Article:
Appeal from the Circuit Court of Madison County. No. 01-MH-165 Honorable Ralph J. Mendelsohn, Judge, presiding.
The opinion of the court was delivered by: Justice Chapman
This is an appeal from two separate orders of the circuit court for the involuntary administration of psychotropic medications to Robert R. (respondent). Respondent filed a timely pro se notice of appeal after each of the court's orders, and we have consolidated the appeals for the purposes of this decision. The issues for review are (1) whether the circuit court erred in proceeding in respondent's absence at the first hearing and (2) whether the court erred in ordering the involuntary administration of psychotropic medication requested in the second petition, when a predispositional report had not been filed. We affirm.
On August 23, 2001, respondent was transferred to the Alton Mental Health Center from the Peoria County jail after being found unfit to stand trial for aggravated battery. On September 4, 2001, Dr. Jagannath Patil of the Alton Mental Health Center filed a petition with the court. The petition alleged that respondent was a person subject to the involuntary administration of psychotropic medication pursuant to section 2-107.1 of the Mental Health and Developmental Disabilities Code (Code) (405 ILCS 5/2-107.1 (West Supp. 2001)). In the petition, Dr. Patil alleged that respondent had refused to take psychotropic medications while he was in jail and continued to refuse such medication while at the mental health center because of illogical or irrational reasoning and delusional beliefs.
On September 6, 2001, a hearing on the petition was held in a courtroom within the Alton Mental Health Center. However, respondent, a patient at the mental health center, did not appear in the courtroom. Respondent's attorney advised the court that, though respondent wanted to attend the hearing, he did not wish to be placed in restraints to be moved from the building where he was housed to the building in which the hearing was to be held. Respondent's attorney, relying upon section 3-806 of the Code (405 ILCS 5/3-806 (West 2000)), requested that the proceedings be moved to a courtroom located within the unit where respondent was located. The court denied the request and found that the holding of proceedings at the mental health center was sufficient to accommodate respondent. The hearing then began, without counsel waiving respondent's presence. The court found respondent to be a person subject to the involuntary administration of psychotropic medication. Respondent filed a timely pro se appeal.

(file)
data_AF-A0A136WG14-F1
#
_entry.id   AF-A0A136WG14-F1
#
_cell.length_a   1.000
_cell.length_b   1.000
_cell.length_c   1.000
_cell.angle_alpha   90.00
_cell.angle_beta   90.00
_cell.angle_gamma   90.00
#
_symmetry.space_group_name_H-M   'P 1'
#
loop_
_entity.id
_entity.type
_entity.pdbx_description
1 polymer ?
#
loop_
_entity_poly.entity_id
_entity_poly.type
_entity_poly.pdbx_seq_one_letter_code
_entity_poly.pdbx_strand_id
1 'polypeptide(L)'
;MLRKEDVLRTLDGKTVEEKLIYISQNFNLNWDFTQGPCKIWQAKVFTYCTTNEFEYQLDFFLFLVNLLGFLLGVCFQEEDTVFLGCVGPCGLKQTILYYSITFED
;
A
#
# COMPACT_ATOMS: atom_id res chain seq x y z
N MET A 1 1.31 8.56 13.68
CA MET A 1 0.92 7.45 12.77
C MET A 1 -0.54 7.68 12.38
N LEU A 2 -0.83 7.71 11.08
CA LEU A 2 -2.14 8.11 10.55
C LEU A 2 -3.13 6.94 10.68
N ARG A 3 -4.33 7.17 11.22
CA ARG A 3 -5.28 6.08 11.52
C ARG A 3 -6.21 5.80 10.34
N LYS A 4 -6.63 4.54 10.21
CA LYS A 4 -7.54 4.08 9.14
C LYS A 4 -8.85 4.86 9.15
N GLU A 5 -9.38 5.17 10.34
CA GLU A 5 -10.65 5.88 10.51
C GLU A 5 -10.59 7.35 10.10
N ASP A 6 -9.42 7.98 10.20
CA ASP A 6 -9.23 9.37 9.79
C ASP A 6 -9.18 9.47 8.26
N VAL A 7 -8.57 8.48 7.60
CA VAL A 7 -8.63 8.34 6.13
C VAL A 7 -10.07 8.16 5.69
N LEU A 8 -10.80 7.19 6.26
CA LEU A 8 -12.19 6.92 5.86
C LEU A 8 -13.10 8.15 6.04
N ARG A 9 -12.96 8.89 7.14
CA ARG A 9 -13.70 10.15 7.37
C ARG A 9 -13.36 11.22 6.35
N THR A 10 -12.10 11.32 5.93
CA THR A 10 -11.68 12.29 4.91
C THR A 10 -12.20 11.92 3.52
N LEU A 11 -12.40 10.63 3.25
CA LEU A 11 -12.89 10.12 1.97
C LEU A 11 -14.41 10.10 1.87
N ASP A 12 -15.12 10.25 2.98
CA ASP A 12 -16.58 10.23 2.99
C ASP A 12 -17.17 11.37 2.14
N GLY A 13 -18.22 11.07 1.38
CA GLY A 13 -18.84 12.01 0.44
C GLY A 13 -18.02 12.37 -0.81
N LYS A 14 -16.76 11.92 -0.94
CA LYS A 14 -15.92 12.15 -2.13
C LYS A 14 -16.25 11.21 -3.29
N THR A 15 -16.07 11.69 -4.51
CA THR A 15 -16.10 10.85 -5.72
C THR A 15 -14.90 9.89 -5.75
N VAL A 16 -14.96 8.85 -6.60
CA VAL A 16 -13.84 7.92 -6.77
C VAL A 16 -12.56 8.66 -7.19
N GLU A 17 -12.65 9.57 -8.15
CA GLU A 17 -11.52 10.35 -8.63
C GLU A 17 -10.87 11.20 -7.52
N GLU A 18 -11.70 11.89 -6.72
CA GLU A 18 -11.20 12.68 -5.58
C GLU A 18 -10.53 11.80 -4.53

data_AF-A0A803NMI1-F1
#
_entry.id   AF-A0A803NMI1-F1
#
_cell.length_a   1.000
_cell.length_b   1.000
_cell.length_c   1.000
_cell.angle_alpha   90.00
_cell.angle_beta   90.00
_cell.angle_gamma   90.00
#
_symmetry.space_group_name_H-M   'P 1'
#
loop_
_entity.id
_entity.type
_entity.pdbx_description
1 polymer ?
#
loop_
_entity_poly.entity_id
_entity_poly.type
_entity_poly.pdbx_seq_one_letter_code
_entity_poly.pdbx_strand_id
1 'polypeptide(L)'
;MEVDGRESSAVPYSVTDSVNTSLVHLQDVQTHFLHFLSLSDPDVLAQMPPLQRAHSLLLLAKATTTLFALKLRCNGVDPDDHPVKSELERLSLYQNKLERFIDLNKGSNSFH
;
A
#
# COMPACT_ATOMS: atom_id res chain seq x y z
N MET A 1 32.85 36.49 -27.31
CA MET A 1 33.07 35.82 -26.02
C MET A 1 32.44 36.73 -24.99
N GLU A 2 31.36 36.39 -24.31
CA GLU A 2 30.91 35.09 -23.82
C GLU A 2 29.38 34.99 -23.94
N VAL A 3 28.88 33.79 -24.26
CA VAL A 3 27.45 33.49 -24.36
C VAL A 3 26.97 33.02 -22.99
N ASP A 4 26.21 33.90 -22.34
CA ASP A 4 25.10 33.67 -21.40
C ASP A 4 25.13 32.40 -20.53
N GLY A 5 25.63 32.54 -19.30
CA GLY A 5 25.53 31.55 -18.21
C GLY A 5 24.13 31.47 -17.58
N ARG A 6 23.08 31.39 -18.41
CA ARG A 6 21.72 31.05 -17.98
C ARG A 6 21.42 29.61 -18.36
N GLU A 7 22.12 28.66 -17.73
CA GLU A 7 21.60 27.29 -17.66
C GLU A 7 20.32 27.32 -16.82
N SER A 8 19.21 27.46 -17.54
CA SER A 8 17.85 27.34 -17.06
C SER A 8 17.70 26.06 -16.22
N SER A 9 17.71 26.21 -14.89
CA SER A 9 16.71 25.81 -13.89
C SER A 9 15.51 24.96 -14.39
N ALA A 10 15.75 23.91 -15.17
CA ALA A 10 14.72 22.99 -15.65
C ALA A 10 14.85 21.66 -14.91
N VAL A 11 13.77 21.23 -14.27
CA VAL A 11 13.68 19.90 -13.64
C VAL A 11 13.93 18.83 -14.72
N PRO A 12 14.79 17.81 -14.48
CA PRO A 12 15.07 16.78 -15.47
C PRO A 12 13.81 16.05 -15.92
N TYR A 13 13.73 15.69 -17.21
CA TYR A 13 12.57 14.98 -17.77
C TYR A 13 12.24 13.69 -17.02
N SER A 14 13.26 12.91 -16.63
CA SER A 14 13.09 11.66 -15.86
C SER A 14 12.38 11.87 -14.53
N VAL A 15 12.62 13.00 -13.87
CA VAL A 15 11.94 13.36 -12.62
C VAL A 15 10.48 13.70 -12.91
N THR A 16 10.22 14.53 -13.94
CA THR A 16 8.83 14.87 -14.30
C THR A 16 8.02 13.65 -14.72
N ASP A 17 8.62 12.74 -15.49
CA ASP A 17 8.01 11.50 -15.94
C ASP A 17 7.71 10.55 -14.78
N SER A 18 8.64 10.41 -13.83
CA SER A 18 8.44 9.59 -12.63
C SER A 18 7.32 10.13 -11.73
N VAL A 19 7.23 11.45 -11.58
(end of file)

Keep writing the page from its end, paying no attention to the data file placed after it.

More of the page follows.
On November 26, 2001, Dr. Patil filed another petition seeking the involuntary administration of psychotropic medication. On November 29, 2001, a hearing attended by respondent and his counsel was held. Dr. Patil testified as the State's only witness.
Dr. Patil testified that he was respondent's treating psychiatrist and that he had diagnosed him as suffering from schizoaffective disorder, bipolar type. Dr. Patil testified that, as a result of this diagnosis, respondent exhibits delusional, disorganized thinking and aggressive behaviors. Dr. Patil testified that at the time of the testimony respondent was on medication and that some of his symptoms had improved. However, respondent continued to exhibit delusional paranoia and bizarre thinking. Dr. Patil stated that psychotropic medication is a necessary part of respondent's treatment, and he asked that the court approve specific dosages of risperidone and Depakote with alternating medications of Clozaril, Haldol, and Ativan. These medications, he testified, would help rid respondent of his delusional beliefs and stabilize his psychiatric condition, improving his ability to interact with others and to benefit from counseling, leading to his possible fitness to stand trial. In assessing whether respondent had any conditions that would put him at an extraordinary, serious risk of harm from any of the recommended medications, Dr. Patil noted that respondent had previously suffered a myocardial infarct that would require a work-up EKG by a cardiologist before Clozaril could be administered to respondent.